At a time when so-called fundamentalism has become the privileged analytical frame for understanding Muslim societies past and present, this study offers an alternative perspective on Islam. In an innovative combination of anthropology, history, and social theory, Benjamin Soares explores Islam and Muslim practice in an important Islamic religious centre in West Africa from the late nineteenth century to the present. Drawing on ethnography, archival research, and written sources, Soares provides a richly detailed discussion of Sufism, Islamic reform, and other contemporary ways of being Muslim in Mali and offers an original analytical perspective for understanding changes in the practice of Islam more generally.In those places in Mali where Hamawis have control of the imamate, Hamawis do pray in a Friday mosque. As indicated above, most Sunni Muslims in the world see Friday communal prayers as obligatory. But the colonial administration never anbsp;...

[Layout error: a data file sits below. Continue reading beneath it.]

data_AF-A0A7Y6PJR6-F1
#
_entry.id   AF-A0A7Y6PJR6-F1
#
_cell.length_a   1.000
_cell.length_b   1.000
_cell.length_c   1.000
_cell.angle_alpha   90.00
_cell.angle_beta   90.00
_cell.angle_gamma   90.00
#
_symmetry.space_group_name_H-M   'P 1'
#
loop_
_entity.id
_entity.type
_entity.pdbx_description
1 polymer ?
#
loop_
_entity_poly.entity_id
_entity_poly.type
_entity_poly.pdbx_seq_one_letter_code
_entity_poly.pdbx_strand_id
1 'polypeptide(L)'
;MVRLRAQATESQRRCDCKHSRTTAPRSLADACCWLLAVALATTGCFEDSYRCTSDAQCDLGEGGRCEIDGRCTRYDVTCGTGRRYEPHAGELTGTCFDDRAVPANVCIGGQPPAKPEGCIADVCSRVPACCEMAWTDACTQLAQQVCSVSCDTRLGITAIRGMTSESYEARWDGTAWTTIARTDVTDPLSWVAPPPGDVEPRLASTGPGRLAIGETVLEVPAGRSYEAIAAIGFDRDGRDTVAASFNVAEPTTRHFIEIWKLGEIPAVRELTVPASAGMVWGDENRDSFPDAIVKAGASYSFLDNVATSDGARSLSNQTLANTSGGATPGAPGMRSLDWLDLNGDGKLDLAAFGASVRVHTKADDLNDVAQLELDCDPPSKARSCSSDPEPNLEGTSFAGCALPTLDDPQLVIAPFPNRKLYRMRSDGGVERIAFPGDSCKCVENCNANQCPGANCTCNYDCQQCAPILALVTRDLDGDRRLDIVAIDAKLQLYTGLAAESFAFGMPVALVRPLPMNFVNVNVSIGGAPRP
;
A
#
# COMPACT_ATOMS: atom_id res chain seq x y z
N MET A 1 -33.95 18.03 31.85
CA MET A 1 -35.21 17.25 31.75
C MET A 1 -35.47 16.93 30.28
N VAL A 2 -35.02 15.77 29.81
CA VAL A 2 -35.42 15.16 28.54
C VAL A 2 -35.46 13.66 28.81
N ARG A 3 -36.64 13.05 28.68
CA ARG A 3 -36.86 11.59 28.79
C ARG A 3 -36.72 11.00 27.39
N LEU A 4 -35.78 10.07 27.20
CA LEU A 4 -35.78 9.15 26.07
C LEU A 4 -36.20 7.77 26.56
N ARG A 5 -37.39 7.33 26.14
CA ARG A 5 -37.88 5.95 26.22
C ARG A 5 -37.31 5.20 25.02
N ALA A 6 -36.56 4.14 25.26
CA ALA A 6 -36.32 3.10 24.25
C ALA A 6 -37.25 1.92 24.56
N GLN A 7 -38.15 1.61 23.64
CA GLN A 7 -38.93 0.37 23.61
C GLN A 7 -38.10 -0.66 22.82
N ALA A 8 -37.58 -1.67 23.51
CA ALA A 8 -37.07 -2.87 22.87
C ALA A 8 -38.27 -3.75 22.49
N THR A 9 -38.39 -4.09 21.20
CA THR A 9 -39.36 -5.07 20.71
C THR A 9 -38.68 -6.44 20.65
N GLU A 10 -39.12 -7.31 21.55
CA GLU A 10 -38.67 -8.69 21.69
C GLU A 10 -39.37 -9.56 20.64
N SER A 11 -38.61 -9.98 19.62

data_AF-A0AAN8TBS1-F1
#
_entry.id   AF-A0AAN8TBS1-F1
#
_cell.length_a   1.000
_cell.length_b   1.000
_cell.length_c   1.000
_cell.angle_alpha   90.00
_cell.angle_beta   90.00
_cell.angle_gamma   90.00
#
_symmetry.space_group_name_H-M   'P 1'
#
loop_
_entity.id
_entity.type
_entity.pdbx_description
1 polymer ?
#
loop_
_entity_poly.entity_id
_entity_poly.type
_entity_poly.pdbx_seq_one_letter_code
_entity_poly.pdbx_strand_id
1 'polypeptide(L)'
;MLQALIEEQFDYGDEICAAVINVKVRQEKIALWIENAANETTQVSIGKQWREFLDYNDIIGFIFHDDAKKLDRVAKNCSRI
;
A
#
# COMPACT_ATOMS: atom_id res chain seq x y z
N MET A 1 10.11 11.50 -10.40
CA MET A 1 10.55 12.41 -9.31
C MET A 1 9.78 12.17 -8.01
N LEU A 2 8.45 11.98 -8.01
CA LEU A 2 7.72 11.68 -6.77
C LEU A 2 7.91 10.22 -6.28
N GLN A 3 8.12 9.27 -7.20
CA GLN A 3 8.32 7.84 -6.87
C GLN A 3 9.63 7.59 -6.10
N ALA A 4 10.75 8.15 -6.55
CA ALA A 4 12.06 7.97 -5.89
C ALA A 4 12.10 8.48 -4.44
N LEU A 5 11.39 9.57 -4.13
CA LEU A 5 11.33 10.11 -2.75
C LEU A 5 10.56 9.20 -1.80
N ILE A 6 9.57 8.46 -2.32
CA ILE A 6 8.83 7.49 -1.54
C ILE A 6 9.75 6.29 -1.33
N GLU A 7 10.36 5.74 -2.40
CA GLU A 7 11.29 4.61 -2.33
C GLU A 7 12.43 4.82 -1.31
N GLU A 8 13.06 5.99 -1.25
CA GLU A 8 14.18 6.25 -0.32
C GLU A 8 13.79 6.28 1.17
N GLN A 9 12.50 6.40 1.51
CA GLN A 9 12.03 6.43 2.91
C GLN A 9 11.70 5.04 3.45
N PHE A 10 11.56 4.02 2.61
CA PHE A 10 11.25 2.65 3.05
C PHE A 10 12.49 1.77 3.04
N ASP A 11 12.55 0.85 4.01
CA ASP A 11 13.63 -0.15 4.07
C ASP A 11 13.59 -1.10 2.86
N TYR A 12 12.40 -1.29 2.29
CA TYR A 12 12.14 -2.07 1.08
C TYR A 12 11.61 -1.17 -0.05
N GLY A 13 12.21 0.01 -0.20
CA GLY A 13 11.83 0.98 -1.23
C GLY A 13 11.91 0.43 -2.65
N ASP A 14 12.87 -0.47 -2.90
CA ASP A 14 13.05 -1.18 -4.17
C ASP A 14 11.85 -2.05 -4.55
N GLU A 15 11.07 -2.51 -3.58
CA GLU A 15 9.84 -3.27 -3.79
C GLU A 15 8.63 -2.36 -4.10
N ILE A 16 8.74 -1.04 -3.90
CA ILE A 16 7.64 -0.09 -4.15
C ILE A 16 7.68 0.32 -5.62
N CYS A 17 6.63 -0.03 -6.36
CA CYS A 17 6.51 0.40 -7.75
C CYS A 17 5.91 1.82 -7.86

|Title||:||Islam and the Prayer Economy|
|Author||:||Benjamin F. Soares|
|Publisher||:||Edinburgh University Press - 2005|